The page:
Natural-born contaminators

Posted on September 26, 2009

By acting as prey for riparian predators such as spiders, birds, bats, reptiles and amphibians, aquatic insects play an important role in the transfer of energy and materials from freshwater to terrestrial food webs.  However, many freshwater streams have a history of pollution: for example, in theU.S.38% of recently surveyed stream sections were listed as ‘‘impaired’’ for fish consumption, mainly due to persistent contaminants such as mercury and polychlorinated biphenyls (PCBs).  Do insects therefore transfer persistent pesticides from impaired streams to the riparian zone?   ASouth Carolinastudy shows that  they do.  Measurements of stable isotope concentrations in fauna from a stream polluted by PCBs were used to clarify feeding pathways, by identifying the prey types taken by different riparian predators.  PCB concentrations were also measured, and were found to be high in several predator species.  Predators that depend heavily on aquatic insects contained the highest PCB levels.  The use of chemical contaminants as tracers of stream-derived energy can help to bridge the gap between reach-scale and landscape-scale studies.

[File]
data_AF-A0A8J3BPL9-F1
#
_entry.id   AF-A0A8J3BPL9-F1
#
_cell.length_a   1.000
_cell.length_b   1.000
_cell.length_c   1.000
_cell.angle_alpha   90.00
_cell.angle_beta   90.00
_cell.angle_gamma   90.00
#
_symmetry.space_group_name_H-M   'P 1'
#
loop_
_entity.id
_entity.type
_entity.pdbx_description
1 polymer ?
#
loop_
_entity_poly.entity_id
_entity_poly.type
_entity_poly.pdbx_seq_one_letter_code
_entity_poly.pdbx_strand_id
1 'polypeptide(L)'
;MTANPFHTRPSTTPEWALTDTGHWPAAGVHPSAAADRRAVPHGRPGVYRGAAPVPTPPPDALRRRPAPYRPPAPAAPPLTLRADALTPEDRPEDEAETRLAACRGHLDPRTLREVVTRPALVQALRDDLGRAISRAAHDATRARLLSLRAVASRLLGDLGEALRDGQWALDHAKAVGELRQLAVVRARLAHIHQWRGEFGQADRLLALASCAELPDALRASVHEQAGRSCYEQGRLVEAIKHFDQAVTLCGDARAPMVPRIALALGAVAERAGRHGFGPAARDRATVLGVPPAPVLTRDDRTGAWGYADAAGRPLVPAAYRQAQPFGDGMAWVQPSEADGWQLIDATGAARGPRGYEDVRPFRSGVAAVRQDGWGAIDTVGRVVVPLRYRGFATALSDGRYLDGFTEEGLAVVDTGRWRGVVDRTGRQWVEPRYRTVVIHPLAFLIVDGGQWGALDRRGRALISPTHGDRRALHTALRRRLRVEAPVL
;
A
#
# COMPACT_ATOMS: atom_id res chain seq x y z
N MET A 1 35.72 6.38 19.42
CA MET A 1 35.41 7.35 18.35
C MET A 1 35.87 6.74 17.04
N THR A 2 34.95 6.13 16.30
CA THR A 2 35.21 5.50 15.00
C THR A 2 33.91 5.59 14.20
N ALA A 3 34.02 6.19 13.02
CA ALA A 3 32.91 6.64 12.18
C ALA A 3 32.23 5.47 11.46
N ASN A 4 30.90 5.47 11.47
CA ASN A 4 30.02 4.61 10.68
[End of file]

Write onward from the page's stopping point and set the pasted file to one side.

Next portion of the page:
Reference:   Walters, D.M., Fritz, K.M. & Otter, R.R.  2008.  The dark side of subsidies: adult stream insects export organic contaminants to riparian predators.   Ecological Applications 18(8), 1835–1841.